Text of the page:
Kelly Gissendaner, the only woman on Georgia's death row, was executed early Wednesday, authorities said.
The execution came after Georgia's Supreme Court, the U.S. Supreme Court and a federal appeals court all denied requests for a stay of execution.
Gissendaner, who was convicted of orchestrating her husband's murder almost 20 years ago, died by lethal injection at 12:21 a.m. Wednesday.
Last-minute appeals had been filed to the U.S. Supreme Court, the Eleventh Circuit Court of Appeals and that state Supreme Court, all of which rejected her motions. In a 5-to-2 decision, the state Supreme Court denied Gissendaner's motion for stay of execution and dismissed her constitutional challenge of her sentence as "disproportionate."
Earlier Tuesday, a letter sent to the Georgia State Board of Pardons and Parolees on behalf of Pope Francis asked for Gissendaner to not be executed.
The letter, obtained by ABC News, was signed by Archbishop Carlo Maria Vigano and addressed to members of the board. It cited the pope's speech to Congress, in which Francis said "every life is sacred," and that "society can only benefit from the rehabilitation of those convicted of crimes."
The letter asked for a sentence that "would better express both justice and mercy."
"Please be assured of my prayers as you consider this request by Pope Francis for what I believe would be a just act of clemency," the letter said.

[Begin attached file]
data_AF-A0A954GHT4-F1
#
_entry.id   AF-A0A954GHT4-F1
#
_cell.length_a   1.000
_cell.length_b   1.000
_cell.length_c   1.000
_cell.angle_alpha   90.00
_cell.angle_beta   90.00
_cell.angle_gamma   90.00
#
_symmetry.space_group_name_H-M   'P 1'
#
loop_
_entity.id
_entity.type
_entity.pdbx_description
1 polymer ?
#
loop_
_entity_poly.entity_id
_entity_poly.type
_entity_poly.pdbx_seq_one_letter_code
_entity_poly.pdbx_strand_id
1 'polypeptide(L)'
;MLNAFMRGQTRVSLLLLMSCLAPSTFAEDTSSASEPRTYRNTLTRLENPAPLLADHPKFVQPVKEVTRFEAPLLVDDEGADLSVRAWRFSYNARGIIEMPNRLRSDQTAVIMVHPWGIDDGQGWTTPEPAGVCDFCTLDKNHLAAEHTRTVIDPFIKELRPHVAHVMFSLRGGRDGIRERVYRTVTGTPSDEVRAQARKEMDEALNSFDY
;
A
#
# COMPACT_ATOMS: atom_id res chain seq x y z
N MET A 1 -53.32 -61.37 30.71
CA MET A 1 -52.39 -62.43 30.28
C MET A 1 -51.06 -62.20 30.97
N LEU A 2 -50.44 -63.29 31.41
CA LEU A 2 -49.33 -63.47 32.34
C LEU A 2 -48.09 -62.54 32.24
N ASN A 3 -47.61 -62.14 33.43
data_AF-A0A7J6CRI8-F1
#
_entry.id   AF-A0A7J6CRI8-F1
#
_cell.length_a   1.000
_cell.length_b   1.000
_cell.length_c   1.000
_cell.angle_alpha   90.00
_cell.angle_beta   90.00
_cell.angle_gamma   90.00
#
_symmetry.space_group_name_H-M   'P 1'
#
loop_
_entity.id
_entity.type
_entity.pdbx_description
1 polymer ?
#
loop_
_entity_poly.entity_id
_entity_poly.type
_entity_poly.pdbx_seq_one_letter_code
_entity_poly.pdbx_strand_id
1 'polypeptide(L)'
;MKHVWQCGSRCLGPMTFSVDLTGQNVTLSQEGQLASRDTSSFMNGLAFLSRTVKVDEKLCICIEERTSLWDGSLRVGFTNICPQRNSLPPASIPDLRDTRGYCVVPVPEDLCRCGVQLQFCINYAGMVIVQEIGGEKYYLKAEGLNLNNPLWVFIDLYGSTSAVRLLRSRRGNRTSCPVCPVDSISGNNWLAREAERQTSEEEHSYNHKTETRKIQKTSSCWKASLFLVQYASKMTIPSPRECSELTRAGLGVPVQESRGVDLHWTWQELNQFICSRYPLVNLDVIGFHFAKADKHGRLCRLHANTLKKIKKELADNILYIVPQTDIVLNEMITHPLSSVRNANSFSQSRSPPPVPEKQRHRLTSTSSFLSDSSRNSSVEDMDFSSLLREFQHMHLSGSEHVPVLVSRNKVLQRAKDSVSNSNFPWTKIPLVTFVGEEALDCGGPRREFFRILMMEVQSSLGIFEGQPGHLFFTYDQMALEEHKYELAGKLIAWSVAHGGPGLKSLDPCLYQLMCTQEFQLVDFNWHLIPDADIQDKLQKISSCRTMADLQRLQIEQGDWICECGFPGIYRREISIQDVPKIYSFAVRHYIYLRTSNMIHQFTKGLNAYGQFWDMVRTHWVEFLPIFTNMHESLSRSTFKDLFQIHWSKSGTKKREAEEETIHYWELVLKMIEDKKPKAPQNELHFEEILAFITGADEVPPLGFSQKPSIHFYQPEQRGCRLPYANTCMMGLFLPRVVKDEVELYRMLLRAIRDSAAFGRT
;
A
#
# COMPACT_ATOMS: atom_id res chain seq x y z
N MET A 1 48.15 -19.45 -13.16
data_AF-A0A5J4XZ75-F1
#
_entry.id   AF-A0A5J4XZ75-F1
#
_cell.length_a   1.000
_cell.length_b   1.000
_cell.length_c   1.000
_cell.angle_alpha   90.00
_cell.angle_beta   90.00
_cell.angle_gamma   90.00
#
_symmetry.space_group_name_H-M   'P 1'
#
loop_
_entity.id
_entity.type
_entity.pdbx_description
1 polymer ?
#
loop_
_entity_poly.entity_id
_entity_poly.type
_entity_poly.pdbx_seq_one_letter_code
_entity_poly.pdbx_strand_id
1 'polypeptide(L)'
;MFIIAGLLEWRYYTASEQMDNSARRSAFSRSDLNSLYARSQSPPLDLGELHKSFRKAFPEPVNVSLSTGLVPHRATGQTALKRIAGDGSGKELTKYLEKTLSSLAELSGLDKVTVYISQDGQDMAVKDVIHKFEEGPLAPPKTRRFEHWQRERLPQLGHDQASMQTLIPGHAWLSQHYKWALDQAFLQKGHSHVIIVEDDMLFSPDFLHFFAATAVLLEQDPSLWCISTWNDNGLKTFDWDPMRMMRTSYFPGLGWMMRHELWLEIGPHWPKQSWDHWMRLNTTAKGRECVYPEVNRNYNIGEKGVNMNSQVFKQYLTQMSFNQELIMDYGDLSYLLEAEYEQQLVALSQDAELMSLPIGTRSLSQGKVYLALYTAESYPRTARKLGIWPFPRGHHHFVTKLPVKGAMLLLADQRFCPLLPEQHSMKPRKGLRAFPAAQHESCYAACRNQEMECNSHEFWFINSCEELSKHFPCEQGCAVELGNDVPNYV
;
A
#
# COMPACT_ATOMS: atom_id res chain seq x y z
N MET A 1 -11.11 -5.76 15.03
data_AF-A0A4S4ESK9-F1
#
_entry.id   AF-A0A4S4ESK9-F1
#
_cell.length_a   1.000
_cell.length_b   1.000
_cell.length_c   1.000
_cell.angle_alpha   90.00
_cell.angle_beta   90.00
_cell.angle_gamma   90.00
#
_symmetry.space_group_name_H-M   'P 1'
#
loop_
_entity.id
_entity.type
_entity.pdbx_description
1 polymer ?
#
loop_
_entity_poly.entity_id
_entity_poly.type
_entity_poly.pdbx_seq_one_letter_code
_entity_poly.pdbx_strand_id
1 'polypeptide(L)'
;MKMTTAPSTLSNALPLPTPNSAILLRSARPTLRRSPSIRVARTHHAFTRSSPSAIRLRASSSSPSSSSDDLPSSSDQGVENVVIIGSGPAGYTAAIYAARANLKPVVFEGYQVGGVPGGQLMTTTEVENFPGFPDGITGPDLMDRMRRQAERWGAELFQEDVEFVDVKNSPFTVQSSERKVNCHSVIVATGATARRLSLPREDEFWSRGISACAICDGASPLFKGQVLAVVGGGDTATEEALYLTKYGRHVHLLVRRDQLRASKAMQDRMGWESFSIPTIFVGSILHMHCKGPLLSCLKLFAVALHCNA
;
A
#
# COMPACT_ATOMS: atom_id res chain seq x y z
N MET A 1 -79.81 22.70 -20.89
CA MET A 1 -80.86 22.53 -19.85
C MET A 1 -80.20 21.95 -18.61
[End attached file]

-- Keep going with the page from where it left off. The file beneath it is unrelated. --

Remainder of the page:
Gissendaner was accused of convincing her boyfriend, Gregory Owen, to kill her husband, Douglas Gissendaner, in February 1997.
Owen and Kelly Gissendaner discussed killing Douglas Gissendaner "on four or five occasions, all at [Kelly] Gissendaner's initiation, before reaching a final agreement to kill him," according to Georgia's Attorney General's office.
"It was agreed that, on Feb. 7, 1997, while [Kelly] Gissendaner was out with friends, co-defendant Owen would kill Douglas. The murder went exactly as Gissendaner planned," the office of the Attorney General said.
Owen hit Douglas Gissendaner on the back of the head and then stabbed him in the neck eight to ten times, according to the Attorney General's Office.
Gissendaner was convicted of malice murder in 1998.